This doesn’t mean you should never buy new software, of course; simply that it’s important to identify whether the issues you’re facing are connected to your gear or your skills. An easy way to stay objective is when you get hit with a dose of gear envy, ask yourself: “Do I have other ways to achieve the sound I’m looking for?” You might be surprised by how often the answer is “yes” — find creative solutions to achieve the same thing and you’ll be amazed at how much versatility you gain as a producer in an incredibly short time. Plus, you can always take advantage of great free plugin options first like Finisher MICRO and Usynth DRIVE to expand your collection!

4. Upgrade your plugin arsenal

There’s a caveat to the last tip — in many instances, you’ll discover a tool that genuinely does something you can’t achieve with your current setup, or at least not without significant amounts of extra work. Sometimes a specific plugin is almost magical in its ability to do exactly what you’re looking for in moments; if you immediately know it will live on multiple tracks in every single DAW session you start from here on in, it might be time to add it to your wishlist.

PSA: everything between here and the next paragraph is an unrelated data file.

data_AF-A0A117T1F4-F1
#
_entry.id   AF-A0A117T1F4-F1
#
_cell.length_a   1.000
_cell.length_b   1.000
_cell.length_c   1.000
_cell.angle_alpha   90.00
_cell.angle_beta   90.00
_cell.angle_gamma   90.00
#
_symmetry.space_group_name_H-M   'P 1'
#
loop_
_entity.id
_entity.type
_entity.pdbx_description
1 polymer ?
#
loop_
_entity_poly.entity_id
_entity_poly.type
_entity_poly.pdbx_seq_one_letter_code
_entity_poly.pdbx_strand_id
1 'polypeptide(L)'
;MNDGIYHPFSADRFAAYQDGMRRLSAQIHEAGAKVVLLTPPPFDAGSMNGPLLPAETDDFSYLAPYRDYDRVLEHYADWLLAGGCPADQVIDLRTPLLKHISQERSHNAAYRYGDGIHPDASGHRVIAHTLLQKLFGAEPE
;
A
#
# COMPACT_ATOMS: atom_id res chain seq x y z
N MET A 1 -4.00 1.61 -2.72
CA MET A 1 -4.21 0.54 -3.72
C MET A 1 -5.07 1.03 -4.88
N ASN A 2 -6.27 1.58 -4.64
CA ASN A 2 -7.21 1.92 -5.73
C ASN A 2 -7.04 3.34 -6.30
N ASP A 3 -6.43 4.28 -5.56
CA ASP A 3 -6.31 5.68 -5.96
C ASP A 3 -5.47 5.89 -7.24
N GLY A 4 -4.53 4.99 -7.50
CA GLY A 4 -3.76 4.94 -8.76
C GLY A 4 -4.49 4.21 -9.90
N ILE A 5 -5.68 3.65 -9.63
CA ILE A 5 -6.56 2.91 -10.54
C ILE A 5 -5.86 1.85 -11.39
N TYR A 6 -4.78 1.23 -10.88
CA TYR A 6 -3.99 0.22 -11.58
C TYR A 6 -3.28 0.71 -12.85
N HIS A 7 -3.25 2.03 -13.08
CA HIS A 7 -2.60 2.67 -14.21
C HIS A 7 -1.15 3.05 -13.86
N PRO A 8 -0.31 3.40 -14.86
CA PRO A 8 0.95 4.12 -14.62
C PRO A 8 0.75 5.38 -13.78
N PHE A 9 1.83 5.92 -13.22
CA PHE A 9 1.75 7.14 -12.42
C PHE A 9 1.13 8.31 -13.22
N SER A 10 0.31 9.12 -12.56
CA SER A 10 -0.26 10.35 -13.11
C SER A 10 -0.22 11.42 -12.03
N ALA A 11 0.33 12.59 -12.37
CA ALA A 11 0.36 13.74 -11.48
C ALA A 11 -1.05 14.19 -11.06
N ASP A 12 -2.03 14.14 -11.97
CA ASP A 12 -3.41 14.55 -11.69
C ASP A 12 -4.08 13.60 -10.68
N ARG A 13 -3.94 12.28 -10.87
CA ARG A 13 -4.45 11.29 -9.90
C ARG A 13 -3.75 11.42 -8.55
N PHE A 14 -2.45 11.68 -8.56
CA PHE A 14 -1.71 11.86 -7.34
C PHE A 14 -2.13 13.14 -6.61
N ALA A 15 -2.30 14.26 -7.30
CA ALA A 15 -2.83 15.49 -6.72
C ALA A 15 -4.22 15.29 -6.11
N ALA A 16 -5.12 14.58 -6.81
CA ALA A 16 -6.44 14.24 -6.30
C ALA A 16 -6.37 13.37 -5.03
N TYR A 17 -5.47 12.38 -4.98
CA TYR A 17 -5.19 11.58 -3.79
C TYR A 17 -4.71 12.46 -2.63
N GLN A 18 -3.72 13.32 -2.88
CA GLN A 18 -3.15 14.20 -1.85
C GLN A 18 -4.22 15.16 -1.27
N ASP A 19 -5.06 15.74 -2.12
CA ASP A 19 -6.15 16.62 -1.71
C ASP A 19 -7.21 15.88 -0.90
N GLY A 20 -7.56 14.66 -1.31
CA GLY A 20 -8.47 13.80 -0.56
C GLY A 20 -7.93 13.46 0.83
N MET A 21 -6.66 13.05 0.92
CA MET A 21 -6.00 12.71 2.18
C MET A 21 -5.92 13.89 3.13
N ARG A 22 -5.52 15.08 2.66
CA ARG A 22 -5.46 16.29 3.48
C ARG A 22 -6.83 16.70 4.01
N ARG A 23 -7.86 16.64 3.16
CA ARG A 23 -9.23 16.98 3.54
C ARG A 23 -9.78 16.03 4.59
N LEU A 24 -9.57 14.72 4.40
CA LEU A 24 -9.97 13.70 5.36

Of course, the ticket price of your shopping list can easily ramp up to absurd levels, making it essential to have a system for keeping / cutting different entries. A simple one you can try is:

  1. Can I accomplish nearly identical processing techniques with the tools I already have?
  2. Does it do something unique I’ve never seen before that will help me achieve a style I love?
  3. How likely do I believe I am to be using this plugin years from now?

Another factor to consider is whether a plugin might significantly increase your production speed by removing a lot of manual work from the process — virtual acoustic instruments are a perfect example, like basses or guitars. These often take a lot of time to finesse to get close to the sound of live instruments, but UJAM’s Virtual Bassists and Guitarists shave away 99% of the busy work and provide you with a realistic result immediately!

Wrapping up

There are plenty more standard practices we could include of course, such as weekly progress trackers and many different forms of goal setting ... but we chose to keep this article to practical steps you can start at any time that shouldn’t require overcoming any major hurdles. As long as you consistently apply the steps above to your production process and apply a bit of creativity, you’ll be able to see a ton of progress in 2023.

Above all, what matters is that you’re diversifying your production skill growth and putting out new songs frequently — the faster you move, the faster you’ll hit your production goals this year!


About the Author

Harry Lodes is a copywriter, marketing consultant and content writer for audio and ecommerce brands. He lives in the Philadelphia area, releasing Eastern/Western hybrid EDM under the artist name KAIRI hearkening back to his roots in Berklee College of Music.